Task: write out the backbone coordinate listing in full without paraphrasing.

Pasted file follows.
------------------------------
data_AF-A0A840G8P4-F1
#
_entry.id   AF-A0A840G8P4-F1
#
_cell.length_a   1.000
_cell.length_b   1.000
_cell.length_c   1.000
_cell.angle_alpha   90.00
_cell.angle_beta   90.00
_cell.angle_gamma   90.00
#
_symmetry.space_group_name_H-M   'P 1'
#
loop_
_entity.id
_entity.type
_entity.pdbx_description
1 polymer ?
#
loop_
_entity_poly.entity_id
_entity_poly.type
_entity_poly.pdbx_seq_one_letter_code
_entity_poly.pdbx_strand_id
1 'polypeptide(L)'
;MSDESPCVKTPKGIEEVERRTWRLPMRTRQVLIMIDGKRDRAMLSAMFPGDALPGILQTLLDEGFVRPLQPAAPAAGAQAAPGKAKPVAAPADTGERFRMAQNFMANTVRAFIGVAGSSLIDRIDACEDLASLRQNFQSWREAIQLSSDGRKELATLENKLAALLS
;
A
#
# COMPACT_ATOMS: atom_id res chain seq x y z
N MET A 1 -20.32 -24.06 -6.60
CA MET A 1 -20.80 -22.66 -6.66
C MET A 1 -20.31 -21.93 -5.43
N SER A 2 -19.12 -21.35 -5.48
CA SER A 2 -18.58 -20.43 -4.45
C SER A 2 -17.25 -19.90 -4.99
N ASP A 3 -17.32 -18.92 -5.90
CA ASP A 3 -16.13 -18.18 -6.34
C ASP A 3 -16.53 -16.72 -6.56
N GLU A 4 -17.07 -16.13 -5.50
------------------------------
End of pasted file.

data_AF-A0A840G8P4-F1
#
_entry.id   AF-A0A840G8P4-F1
#
_cell.length_a   1.000
_cell.length_b   1.000
_cell.length_c   1.000
_cell.angle_alpha   90.00
_cell.angle_beta   90.00
_cell.angle_gamma   90.00
#
_symmetry.space_group_name_H-M   'P 1'
#
loop_
_entity.id
_entity.type
_entity.pdbx_description
1 polymer ?
#
loop_
_entity_poly.entity_id
_entity_poly.type
_entity_poly.pdbx_seq_one_letter_code
_entity_poly.pdbx_strand_id
1 'polypeptide(L)'
;MSDESPCVKTPKGIEEVERRTWRLPMRTRQVLIMIDGKRDRAMLSAMFPGDALPGILQTLLDEGFVRPLQPAAPAAGAQAAPGKAKPVAAPADTGERFRMAQNFMANTVRAFIGVAGSSLIDRIDACEDLASLRQNFQSWREAIQLSSDGRKELATLENKLAALLS
;
A
#
# COMPACT_ATOMS: atom_id res chain seq x y z
N MET A 1 -20.32 -24.06 -6.60
CA MET A 1 -20.80 -22.66 -6.66
C MET A 1 -20.31 -21.93 -5.43
N SER A 2 -19.12 -21.35 -5.48
CA SER A 2 -18.58 -20.43 -4.45
C SER A 2 -17.25 -19.90 -4.99
N ASP A 3 -17.32 -18.92 -5.90
CA ASP A 3 -16.13 -18.18 -6.34
C ASP A 3 -16.53 -16.72 -6.56
N GLU A 4 -17.07 -16.13 -5.50